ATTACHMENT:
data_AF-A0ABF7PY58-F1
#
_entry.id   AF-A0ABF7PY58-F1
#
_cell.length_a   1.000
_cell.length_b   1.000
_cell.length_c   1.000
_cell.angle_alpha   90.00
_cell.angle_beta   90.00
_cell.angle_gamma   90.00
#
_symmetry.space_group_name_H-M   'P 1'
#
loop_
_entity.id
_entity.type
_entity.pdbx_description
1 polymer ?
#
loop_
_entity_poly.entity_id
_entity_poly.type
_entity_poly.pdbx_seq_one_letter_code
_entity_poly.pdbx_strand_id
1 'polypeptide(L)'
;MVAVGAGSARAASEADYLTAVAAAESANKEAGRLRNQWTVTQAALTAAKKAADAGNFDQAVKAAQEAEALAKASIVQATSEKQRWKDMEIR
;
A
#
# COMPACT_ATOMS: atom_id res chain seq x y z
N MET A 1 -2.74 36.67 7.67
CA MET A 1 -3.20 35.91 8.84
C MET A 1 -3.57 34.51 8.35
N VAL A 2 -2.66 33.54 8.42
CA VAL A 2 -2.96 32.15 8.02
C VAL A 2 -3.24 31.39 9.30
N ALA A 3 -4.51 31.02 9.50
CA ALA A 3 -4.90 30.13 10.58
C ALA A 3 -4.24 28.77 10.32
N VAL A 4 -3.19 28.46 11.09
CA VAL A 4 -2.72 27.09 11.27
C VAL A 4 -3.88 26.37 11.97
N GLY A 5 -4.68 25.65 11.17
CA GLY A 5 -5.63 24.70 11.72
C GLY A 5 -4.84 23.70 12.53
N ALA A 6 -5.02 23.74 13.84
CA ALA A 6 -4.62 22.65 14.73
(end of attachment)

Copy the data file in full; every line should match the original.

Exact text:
data_AF-A0ABF7PY58-F1
#
_entry.id   AF-A0ABF7PY58-F1
#
_cell.length_a   1.000
_cell.length_b   1.000
_cell.length_c   1.000
_cell.angle_alpha   90.00
_cell.angle_beta   90.00
_cell.angle_gamma   90.00
#
_symmetry.space_group_name_H-M   'P 1'
#
loop_
_entity.id
_entity.type
_entity.pdbx_description
1 polymer ?
#
loop_
_entity_poly.entity_id
_entity_poly.type
_entity_poly.pdbx_seq_one_letter_code
_entity_poly.pdbx_strand_id
1 'polypeptide(L)'
;MVAVGAGSARAASEADYLTAVAAAESANKEAGRLRNQWTVTQAALTAAKKAADAGNFDQAVKAAQEAEALAKASIVQATSEKQRWKDMEIR
;
A
#
# COMPACT_ATOMS: atom_id res chain seq x y z
N MET A 1 -2.74 36.67 7.67
CA MET A 1 -3.20 35.91 8.84
C MET A 1 -3.57 34.51 8.35
N VAL A 2 -2.66 33.54 8.42
CA VAL A 2 -2.96 32.15 8.02
C VAL A 2 -3.24 31.39 9.30
N ALA A 3 -4.51 31.02 9.50
CA ALA A 3 -4.90 30.13 10.58
C ALA A 3 -4.24 28.77 10.32
N VAL A 4 -3.19 28.46 11.09
CA VAL A 4 -2.72 27.09 11.27
C VAL A 4 -3.88 26.37 11.97
N GLY A 5 -4.68 25.65 11.17
CA GLY A 5 -5.63 24.70 11.72
C GLY A 5 -4.84 23.70 12.53
N ALA A 6 -5.02 23.74 13.84
CA ALA A 6 -4.62 22.65 14.73